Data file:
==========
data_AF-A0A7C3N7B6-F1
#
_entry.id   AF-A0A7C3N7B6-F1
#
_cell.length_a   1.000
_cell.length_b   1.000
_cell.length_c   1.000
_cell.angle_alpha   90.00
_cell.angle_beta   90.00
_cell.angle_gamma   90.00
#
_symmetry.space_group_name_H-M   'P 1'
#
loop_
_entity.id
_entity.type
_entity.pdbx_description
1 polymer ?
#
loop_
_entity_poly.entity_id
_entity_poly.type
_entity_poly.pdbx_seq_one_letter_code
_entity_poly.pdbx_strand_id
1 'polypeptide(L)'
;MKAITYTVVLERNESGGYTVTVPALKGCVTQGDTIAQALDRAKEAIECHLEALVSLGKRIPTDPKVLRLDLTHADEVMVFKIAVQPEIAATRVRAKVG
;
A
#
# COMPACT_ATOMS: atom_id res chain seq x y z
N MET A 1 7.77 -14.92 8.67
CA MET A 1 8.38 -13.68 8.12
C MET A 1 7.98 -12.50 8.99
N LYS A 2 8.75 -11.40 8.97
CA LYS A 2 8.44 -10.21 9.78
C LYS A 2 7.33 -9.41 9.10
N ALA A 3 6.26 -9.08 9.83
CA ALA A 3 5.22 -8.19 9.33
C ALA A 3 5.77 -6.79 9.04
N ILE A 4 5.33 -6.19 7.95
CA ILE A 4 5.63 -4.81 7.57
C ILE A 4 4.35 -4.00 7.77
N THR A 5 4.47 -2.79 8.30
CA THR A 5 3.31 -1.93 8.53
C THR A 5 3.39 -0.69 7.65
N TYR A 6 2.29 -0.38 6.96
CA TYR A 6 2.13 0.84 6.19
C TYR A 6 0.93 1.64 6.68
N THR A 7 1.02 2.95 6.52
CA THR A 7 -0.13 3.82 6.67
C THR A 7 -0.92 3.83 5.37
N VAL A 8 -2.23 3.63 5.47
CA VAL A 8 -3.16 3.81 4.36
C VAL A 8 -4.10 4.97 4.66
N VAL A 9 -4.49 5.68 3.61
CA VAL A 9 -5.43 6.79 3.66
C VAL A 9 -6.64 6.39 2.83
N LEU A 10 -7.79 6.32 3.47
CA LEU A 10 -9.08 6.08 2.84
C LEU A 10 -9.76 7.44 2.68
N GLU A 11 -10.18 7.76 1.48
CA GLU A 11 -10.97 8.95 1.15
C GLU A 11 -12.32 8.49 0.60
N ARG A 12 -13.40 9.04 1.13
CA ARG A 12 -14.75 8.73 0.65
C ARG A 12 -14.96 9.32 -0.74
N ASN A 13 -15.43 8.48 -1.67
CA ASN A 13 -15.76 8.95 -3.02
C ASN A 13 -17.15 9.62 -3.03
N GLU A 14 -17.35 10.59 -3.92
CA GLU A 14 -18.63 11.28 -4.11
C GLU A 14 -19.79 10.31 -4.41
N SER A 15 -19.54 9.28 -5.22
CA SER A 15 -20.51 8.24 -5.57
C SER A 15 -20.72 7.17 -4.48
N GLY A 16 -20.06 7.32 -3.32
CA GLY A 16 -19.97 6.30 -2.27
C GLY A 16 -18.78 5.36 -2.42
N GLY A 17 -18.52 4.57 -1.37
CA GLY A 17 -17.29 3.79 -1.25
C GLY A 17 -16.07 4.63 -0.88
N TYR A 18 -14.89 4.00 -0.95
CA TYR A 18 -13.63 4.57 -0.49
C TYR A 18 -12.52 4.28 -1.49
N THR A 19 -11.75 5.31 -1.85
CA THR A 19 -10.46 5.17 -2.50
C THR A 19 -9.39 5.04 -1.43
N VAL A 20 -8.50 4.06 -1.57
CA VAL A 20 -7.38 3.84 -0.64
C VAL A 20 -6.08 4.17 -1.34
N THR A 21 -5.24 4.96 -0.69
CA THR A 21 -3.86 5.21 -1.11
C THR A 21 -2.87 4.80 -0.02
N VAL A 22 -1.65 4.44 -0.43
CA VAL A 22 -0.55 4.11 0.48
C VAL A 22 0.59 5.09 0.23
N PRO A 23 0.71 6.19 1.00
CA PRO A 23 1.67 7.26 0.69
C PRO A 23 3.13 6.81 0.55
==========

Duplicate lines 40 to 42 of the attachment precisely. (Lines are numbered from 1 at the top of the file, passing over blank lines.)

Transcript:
N ILE A 4 5.33 -6.19 7.95
CA ILE A 4 5.63 -4.81 7.57
C ILE A 4 4.35 -4.00 7.77